Mums Are Perennials You Know!

Every fall I see the same thing happening; perfectly good chrysanthemums being thrown away in the trash or tossed on the compost pile. Many of us have been conditioned to believe that mums are a great fall flower but that after they are done blooming you just get rid of them. Some of us think they are only good in pots or containers; best used for the impact of the color of their fall-like flowers which mirror the colors of the changing leaves. Chrysanthemums really are a perennial flower, meaning they come back every year and I’m going to try to change your mind about treating them as just an annual flower!

Chrysanthemums are probably the most well-known fall flower and for good reason. Their flowers come along at a time when virtually all other plants have finished flowering and many are getting prepared for the long winter ahead. Their blooms can last a long time; in the right environment, they can bloom for up to six weeks. They’re usually not bothered by insects and their only demands are full sun, regular fertilization, and soil that’s not too damp.  They also come in a variety of colors including red, orange, yellow and white just to name a few and the flowers can come in different shapes as well.

So, how do I turn my chrysanthemums from annuals to perennials you ask? It is possible to do this in USDA zones 4 through 9 but success will vary depending upon your local conditions and how much protection you are able to offer the plant after it is transplanted. First, after the mum is just about finished blooming and as long as the soil is still not frozen plant the mum in the soil just up to the level where the leaves start on the stem. My preference is to leave the stems intact rather than cut them off at this time. Doing so helps provide a little bit of extra protection to the stem from getting too wet during the winter and it also helps you remember where you planted the mum. You will want to provide some extra protection for the plant at this time by putting down mulch which will help provide some insulation and warmth during the winter.

As winter turns to spring you will pull the mulch back off of the plant in mid-April in zones 6-9 and late April and early May in Zones 4 and 5. The foliage of the mum is very sensitive at this time to frost so you don’t want to pull the mulch off too early. Once the mulch can be removed you’ll want to fertilize the mum each month until late July or early August with a granular fertilizer such as 5-10-5 or 10-10-10. During the growing season, you’ll need to choose whether to just let the chrysanthemum grow and provide some staking for support or to do what they call pinching. Pinching is where you cut off the growing tip of the mum in an effort to cause it to grow branches and appear more like a bush. Pinching delays the bud formation and also keeps the plant from getting too tall. You can pinch the mum monthly but stop doing so in late July or early August to make sure you don’t pinch the fall blooms off. You also want to stop feeding the plant at this time so that it sets flowers and doesn’t continue to grow leaves.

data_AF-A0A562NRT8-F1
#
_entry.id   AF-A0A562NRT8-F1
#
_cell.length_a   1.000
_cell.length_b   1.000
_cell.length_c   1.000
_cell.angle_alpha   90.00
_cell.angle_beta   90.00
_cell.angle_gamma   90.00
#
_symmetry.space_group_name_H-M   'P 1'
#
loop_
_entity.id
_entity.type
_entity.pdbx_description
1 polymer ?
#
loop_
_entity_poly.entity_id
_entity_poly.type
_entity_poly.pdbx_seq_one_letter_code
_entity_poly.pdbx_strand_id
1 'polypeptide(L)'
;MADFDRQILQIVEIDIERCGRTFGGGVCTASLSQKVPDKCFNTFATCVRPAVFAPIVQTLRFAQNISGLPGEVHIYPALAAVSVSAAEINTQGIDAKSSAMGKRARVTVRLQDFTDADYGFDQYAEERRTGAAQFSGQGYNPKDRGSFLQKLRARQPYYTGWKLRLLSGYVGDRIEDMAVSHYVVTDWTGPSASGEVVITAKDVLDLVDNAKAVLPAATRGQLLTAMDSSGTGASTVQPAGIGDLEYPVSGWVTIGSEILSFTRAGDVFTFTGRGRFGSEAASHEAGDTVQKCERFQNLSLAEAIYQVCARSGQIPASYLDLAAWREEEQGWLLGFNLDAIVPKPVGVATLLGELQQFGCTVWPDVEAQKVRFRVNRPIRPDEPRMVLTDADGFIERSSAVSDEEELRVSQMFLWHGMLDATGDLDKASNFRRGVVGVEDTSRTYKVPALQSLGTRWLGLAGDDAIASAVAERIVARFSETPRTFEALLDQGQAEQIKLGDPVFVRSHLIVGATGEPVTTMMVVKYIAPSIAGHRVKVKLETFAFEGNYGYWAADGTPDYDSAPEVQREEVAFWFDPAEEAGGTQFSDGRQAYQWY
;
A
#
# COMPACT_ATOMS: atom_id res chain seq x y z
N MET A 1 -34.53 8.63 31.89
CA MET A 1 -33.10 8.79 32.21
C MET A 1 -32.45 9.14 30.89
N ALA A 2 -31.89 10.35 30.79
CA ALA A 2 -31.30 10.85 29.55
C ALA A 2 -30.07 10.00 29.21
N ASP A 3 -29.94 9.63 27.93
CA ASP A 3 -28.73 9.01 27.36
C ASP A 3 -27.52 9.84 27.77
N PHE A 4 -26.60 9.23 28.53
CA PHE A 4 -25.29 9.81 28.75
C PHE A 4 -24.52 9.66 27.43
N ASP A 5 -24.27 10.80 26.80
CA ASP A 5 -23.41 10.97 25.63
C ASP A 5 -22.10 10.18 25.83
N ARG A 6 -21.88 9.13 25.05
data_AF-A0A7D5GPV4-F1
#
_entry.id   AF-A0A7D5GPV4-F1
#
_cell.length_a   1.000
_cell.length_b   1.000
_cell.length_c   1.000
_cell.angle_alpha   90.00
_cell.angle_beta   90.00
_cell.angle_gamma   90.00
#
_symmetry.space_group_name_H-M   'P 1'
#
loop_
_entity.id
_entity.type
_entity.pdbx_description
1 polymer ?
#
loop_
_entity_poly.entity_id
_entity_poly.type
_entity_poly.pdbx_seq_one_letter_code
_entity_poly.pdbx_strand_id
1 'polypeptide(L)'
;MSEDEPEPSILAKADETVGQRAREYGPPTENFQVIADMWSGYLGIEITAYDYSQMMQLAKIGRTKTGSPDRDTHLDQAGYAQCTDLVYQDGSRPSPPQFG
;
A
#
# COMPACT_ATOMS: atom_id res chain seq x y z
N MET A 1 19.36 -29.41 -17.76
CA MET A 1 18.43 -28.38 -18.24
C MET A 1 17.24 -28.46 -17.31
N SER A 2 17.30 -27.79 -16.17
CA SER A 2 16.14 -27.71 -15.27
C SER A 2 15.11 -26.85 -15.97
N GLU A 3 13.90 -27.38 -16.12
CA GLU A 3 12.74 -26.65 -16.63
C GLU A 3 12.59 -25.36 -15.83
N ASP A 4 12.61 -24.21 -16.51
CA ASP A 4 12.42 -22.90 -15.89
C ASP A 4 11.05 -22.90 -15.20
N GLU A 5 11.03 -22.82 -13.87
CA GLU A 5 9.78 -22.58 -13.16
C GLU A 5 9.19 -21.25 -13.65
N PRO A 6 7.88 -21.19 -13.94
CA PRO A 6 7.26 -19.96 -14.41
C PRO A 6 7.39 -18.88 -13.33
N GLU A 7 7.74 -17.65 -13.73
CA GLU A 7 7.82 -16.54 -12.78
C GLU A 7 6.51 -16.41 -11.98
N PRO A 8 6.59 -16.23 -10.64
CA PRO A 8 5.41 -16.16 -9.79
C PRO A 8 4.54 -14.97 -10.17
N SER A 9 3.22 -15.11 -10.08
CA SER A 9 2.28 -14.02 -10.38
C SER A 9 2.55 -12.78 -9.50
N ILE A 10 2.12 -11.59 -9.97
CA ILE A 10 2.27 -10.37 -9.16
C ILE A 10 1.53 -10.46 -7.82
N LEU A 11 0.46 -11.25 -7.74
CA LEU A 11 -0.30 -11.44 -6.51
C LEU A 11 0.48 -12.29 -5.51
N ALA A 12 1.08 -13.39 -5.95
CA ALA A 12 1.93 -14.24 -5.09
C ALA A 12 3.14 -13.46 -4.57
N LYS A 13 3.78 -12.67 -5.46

Now you can stop tossing your mums out and turn your chrysanthemums from annuals into perennials!

Photo Courtesy Of Jill Mazur.

Leave a Comment:

  • Sep 21

    Thanks so much I know that they are perennials but I never had any luck for them to come back thanks so much for the info

    You’re welcome

  • Sep 27

    I have been doing this for many years and now have 2 flowering seasons——june and october.

    Glad to hear that it has worked for you.  Thank you for sharing.

  • Oct 04

    thank you for the information

    You’re welcome!

  • Oct 12

    In northeast Louisiana, they come back and bloom in Spring, as well. If you want them to bloom in fall, you prune the buds off and let the plant store food for a fall blooming.

    Thank you for sharing.

  • Oct 26

    Thank you for the information.

    You’re welcome.  Hope it was helpful.

Credit Card Processing